On day four, we drove to Xel-Ha. It's a tropical wonderland just an hour and a half outside Cancun. A Natural water park and snorkelers dream, replete with tropical fish, sting rays, dolphins, manatees, parrots, rope swings, water slides, zip lines, water caves, cliff jumps, and all you can eat buffet all day.
Day five it was raining, again, so we tried to escape it by driving to Playa Del Carmen, another tourist town about forty-five minutes from Cancun. But not before we got pulled over by the Policia, again, and he made our Pastor-friend step out of the car, again. After ten-minutes of bartering, the policeman wanted fifteen-hundred pesos to let us go. This came as little surprise since we'd noticed the only people getting pulled over were tourists, about one every mile. A local had warned us at the quesedilla stand that police in Mexico only get a three-thousand pesos a month salary (that's less than three-hundred dollars)...of course our Mexican informant also warned us that there were "secret cities" under-the-ground in America, doing all sorts of crime and plotting world take-over" *snort.* Anyway, our friend finally offered the cop two-hundred and fifty pesos (twenty-bucks). We think the cop was disappointed with his offer and let us go, thank-the-Lord. I mentioned to my friend that I thought God was trying to tell him he should be praying more, 'cause the only interceding we were doing was in the car while he was being interrogated. We eventually made our way to Playa and parked in a shady little back ally near the shopping center. But the boys felt uncomfortable with our parking spot so they went back and moved the car to a well-lit and bustling street.
We shopped until the markets shut down, I bought one of these pretty lamps made from a gourd...
I'd also purchased some shoes earlier in the day. While in the shoe store, I was entertained by the droves of little children running-a-muck, climbing, jumping, yelling. As my eyes wandered looking for the parentals of these rambunctious children I noticed they were all accounted for, albeit they were totally ignoring them. They just didn't care their kids were acting like such...kids! No sideways glances or stink-eyes darting between the parents. It was perfectly acceptable for their children to act like the world was their playground. As I looked a little closer I observed everything about Mexican culture was kid-friendly and family oriented. Even the posh little bistro on the bay sported a tiny little play structure for the kiddies tumble around on.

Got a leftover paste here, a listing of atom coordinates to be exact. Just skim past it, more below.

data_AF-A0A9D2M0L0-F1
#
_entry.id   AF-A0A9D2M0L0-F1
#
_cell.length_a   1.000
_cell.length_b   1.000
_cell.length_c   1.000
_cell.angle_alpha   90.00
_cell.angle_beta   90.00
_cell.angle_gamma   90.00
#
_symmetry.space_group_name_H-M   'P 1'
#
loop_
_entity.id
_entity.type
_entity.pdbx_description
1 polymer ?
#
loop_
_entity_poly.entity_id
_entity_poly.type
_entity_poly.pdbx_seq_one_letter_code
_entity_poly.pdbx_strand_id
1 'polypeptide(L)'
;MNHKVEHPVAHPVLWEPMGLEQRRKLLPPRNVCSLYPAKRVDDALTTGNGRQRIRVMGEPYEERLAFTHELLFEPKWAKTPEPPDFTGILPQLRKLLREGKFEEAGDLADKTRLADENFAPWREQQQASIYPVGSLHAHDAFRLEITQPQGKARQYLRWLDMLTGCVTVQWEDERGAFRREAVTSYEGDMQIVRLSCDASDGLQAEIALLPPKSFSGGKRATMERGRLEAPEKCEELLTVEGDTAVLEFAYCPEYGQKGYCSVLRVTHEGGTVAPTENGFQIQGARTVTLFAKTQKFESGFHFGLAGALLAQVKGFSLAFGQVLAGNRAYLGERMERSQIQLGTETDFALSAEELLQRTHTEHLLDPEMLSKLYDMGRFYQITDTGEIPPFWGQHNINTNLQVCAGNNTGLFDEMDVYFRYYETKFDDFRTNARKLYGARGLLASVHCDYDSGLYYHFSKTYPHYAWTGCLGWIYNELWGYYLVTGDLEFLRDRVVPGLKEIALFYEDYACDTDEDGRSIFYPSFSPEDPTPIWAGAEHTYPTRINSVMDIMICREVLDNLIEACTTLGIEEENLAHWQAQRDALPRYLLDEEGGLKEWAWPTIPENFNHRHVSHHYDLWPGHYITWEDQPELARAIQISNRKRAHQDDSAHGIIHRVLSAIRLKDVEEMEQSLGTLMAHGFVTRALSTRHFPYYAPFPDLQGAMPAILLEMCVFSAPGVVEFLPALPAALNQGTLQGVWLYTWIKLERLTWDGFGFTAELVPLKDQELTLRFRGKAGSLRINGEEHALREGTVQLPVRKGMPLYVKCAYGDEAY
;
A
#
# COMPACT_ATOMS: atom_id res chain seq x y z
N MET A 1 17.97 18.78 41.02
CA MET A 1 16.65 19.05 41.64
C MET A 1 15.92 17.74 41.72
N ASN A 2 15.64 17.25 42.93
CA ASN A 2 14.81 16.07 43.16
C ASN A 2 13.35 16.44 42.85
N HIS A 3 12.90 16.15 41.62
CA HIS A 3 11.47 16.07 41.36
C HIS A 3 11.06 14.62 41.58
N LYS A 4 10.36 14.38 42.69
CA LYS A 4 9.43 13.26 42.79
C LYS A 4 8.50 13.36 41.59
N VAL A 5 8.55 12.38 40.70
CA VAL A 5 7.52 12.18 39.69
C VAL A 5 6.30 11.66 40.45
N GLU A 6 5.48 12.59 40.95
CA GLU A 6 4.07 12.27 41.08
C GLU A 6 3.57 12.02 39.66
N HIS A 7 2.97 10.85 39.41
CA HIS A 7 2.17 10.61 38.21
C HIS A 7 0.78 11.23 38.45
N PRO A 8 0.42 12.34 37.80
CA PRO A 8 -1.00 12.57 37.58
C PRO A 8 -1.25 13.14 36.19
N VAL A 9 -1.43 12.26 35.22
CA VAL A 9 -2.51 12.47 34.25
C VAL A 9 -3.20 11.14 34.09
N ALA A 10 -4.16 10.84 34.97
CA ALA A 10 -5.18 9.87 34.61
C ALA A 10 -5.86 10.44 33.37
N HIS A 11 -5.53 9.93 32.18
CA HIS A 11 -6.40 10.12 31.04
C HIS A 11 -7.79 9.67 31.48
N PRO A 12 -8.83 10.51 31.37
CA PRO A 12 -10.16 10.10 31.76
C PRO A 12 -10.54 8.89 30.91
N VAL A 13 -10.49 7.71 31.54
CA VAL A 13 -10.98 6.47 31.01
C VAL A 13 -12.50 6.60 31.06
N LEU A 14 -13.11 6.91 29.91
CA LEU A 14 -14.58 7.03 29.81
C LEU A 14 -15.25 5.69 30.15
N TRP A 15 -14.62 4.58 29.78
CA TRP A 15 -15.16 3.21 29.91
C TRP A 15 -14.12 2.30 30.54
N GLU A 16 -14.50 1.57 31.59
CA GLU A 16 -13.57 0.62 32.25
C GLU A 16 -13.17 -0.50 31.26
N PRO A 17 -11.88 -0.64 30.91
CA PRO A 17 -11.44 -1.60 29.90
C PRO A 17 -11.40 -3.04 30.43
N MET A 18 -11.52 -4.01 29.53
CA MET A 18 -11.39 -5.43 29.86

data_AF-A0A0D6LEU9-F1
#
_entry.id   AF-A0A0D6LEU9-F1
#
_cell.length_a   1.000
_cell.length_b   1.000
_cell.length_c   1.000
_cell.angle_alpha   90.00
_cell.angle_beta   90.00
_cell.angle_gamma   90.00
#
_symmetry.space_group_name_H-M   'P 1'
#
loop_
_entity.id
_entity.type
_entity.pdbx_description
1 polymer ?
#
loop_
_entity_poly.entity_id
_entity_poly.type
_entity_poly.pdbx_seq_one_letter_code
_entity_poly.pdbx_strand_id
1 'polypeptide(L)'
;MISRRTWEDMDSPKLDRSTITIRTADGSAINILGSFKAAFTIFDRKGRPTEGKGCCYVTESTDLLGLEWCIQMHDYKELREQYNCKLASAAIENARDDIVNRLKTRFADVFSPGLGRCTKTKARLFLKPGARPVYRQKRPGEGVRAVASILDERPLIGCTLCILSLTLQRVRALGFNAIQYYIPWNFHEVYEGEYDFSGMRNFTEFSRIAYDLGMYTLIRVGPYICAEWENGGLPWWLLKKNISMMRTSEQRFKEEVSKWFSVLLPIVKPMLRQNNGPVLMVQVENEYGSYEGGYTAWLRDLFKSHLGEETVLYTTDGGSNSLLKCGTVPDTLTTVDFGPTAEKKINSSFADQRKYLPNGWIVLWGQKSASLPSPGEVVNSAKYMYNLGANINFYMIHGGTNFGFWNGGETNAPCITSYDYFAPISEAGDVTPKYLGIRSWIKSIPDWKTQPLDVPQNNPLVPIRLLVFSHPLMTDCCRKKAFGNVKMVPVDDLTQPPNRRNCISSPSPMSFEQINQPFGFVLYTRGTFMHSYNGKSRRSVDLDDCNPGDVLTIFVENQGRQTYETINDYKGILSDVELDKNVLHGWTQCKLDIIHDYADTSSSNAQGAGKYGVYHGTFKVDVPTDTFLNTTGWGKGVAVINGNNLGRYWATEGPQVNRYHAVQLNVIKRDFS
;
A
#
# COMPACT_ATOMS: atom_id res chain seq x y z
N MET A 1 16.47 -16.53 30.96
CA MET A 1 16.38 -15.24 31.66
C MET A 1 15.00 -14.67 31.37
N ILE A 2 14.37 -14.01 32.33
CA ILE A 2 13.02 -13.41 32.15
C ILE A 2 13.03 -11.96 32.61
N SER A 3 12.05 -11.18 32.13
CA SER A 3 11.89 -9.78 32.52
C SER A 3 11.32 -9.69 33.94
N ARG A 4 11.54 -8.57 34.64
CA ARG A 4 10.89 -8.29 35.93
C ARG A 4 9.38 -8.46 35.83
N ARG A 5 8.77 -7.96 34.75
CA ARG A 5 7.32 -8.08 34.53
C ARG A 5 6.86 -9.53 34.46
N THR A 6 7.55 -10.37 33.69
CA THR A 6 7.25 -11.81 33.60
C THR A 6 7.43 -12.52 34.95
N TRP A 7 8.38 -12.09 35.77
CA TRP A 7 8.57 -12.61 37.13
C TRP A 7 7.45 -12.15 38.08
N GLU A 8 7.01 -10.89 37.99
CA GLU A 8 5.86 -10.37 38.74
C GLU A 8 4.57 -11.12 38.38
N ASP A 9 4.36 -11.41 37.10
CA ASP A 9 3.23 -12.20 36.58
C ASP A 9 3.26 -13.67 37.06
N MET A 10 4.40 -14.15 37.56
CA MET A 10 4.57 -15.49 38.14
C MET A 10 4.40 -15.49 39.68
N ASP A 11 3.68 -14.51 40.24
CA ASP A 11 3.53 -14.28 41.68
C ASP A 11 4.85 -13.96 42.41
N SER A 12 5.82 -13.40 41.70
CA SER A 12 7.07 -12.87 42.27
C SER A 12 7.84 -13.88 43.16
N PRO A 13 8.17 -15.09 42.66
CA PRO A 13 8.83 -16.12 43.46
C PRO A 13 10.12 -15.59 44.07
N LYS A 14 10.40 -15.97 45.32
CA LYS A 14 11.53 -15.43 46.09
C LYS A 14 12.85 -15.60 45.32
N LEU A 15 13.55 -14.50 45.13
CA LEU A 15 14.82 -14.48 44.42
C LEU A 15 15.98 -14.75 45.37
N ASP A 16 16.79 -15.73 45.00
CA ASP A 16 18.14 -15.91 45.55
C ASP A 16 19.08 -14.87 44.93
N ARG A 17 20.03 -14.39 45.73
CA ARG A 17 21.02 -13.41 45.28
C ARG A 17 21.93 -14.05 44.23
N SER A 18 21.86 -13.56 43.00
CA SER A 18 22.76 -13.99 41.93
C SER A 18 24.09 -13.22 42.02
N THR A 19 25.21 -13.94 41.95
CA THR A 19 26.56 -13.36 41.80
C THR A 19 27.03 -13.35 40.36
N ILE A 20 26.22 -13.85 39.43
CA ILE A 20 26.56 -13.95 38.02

|(Look to the upper left of this pic)|
That night, the boys enjoyed a full hour massage for twenty-five dollars each while my girlfriend and I power shopped. I even began to enjoy (just a little) the bartering after I talked a jewelry shop owner down from eighty dollars to twenty for a silver bracelet. All of us were feeling pretty good about our day despite the crappy weather. That is, until we got home.
Once we unpacked the car we noticed our beach bag was missing. We'd been robbed! I realized my makeup bag had also been swiped after we got to our room. No big deal except that it contained my spendy brand-new 45 spf makeup, my stomach-ache pills, the illegal Rx I'd just purchased and my border ID. However, I would have traded all of my losses for the dog-tags that were also in my bag, a keepsake from my son when he'd graduated USMC boot camp last year. It was his very first pair. I felt sick, I wanted to cry and I sulked the rest of the night.
Fortunately day-six was hot and beautimous, just as Cancun should be.
|This is Jeff, catchin' some rays|
|This is me, catchin' some shade|
Day seven was sunny and clear. We enjoyed an all-you-can-eat breakfast at the mall and drove to another sister Hotel for a change of scenery. The water and waves were spectacular. The sea licked those sunglasses clean off my face. But I gave them up with a sigh, and watched matter-of-factly as the waves flushed them into the deep. Apparently Mexico was just determined to keep a part of me there.